Lady Dunraven To Visit Estes Park This Fall
A travel party from Ireland that includes Lady Dunraven, widow of the 7th Earl of Dunraven and last in the Dunraven line, is tentatively scheduled to spend a few days in Estes Park the week after the Longs Peak Scottish-Irish Highlands Festival this September.
This would be the first visit to Estes Park by an Irish peer with the Dunraven title in over a century.
Beginning in 1874, Windham Thomas Wyndham-Quin, the 4th Earl of Dunraven, acquired over 5000 acres of land in Estes Park for a cattle operation and game preserve. His “Estes Park Hotel” along Fish Creek opened for business in 1877, and his Queen Anne style “Dunraven Cottage” to the north, which still stands, was built the following year.
Denver and the Cody-Yellowstone area of Wyoming are also vying for the attention of the Lady Dunraven party, as the 4th Earl of Dunraven headquartered at or wrote about these locations during his numerous trips west, often in order to hunt for big game in the company of William F. “Buffalo Bill” Cody or John B. “Texas Jack” Omohundro.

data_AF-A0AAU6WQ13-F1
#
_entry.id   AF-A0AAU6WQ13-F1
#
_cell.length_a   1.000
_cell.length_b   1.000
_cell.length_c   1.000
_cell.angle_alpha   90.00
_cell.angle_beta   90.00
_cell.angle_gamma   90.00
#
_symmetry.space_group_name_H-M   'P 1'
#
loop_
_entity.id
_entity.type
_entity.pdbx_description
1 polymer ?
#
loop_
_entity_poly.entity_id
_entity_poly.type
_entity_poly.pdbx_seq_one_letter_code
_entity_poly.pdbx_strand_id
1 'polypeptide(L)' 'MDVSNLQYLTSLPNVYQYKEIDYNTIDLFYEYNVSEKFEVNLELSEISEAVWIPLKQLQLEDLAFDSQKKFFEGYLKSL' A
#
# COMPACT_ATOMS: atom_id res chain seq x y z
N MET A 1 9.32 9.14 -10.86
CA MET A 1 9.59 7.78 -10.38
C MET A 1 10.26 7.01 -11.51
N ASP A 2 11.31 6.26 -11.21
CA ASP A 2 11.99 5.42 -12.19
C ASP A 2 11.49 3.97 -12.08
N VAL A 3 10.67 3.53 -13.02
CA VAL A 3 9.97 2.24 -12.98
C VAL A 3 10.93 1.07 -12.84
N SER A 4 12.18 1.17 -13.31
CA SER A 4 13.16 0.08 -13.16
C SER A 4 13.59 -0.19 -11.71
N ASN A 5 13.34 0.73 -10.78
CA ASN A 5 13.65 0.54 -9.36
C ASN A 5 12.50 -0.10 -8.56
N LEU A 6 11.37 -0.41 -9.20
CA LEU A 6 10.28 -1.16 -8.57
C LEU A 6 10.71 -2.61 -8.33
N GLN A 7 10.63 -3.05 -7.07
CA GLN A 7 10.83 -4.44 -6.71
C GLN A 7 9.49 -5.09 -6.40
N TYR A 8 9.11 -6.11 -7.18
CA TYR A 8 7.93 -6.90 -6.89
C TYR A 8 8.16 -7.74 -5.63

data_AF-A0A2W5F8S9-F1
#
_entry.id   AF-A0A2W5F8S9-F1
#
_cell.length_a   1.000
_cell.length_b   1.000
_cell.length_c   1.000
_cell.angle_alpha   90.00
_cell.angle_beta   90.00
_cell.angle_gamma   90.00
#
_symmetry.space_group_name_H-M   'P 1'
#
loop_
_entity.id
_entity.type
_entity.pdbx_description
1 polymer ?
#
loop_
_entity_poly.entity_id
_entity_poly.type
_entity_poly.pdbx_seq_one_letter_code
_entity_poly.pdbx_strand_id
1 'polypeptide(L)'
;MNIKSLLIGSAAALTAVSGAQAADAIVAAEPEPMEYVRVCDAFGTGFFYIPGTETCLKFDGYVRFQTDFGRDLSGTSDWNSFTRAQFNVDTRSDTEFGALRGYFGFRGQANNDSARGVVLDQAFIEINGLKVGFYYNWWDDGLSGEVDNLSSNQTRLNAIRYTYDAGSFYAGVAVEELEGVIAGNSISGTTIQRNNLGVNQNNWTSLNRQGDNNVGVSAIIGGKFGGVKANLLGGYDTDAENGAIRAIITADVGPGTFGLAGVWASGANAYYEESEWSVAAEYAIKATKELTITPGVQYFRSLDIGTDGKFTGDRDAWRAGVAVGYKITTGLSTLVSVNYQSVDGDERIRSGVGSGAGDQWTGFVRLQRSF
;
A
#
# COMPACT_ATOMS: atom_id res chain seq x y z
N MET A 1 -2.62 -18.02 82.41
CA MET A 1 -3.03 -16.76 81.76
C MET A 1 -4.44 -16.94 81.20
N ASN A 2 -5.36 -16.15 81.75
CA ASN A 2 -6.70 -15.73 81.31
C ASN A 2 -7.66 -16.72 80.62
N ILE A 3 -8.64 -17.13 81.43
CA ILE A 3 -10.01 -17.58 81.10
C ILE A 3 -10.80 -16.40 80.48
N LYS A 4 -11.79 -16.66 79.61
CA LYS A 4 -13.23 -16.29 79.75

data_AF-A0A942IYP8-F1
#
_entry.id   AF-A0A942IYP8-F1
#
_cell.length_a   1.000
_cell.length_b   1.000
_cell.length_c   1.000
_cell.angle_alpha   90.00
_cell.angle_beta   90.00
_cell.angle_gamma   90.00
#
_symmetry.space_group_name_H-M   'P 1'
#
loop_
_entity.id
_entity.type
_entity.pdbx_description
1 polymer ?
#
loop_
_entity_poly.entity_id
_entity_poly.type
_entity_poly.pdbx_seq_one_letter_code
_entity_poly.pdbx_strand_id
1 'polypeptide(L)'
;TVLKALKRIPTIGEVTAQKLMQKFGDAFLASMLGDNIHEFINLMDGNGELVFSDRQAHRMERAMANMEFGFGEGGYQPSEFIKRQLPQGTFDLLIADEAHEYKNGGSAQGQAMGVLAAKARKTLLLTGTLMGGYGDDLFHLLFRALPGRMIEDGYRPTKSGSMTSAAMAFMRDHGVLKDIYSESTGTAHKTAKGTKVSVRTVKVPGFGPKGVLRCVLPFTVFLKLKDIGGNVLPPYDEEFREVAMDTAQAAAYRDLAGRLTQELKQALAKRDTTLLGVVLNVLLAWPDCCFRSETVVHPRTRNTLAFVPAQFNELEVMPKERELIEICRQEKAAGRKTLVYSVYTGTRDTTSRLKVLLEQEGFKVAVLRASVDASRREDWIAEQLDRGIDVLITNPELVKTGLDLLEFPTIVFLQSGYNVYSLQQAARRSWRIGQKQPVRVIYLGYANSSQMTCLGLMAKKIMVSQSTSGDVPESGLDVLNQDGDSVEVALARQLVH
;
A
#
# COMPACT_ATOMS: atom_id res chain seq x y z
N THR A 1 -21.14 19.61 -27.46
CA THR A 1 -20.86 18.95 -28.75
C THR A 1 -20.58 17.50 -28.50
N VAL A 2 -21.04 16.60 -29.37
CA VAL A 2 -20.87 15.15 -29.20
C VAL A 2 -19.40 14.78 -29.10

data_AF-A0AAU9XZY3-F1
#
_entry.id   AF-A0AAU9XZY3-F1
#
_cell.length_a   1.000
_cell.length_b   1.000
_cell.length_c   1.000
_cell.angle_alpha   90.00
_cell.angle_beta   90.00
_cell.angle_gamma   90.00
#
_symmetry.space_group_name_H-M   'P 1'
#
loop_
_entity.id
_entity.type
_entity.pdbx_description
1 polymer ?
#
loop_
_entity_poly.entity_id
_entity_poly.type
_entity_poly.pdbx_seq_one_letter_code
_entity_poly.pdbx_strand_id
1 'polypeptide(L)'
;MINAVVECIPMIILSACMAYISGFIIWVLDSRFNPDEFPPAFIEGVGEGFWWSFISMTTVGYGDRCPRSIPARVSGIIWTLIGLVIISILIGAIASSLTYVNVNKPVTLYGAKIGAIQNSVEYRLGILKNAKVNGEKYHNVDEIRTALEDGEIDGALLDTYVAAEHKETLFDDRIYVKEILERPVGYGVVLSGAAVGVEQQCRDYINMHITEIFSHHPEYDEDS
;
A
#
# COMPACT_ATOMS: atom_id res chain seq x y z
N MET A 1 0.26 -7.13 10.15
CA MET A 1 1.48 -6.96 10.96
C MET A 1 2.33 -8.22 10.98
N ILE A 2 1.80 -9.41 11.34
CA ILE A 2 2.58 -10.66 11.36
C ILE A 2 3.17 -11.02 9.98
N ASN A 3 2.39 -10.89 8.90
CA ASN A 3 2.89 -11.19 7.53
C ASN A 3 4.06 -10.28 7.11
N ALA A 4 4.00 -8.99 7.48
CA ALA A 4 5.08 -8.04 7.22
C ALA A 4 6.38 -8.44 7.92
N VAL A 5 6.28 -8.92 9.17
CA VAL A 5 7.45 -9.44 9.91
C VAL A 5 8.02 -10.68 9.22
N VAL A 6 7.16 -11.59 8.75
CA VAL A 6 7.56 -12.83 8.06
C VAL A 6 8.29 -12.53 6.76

The Albert Bierstadt painting of Longs Peak, valued in the millions of dollars, was commissioned by Lord Dunraven in 1876, and hung in Adare Manor in County Limerick until being sold by a Dunraven descendent in the 1950s. Until recently, it was displayed in the Denver Public Library, but because of concern over damage caused by fingerprints and food particles from too-frequent human interactions, it is now on indefinite loan to the Denver Art Museum.
While in Estes Park, the Dunraven travel party plans to stay at the Stanley Hotel, supposedly haunted by the 4th Earl’s ghost. In 1908, F.O. Stanley proposed the name of “Dunraven Hotel” for his soon-to-be-completed property, but community sentiment at the time convinced him to name it after himself instead.
Rocky Mountain National Park rangers and staff have indicated their willingness to accompany Lady Dunraven to landmarks within the park, and the Dunraven Inn has extended an invitation to enjoy dinner in their namesake restaurant.
Irish radio and television stations have expressed strong interest in documenting Lady Dunraven’s trip, and efforts are being made to encourage author and BBC producer Peter Pagnamenta, whose 2012 book “Prairie Fever” chronicled Lord Dunraven’s 19th century exploits, to play a prominent role in another Dunraven “return.”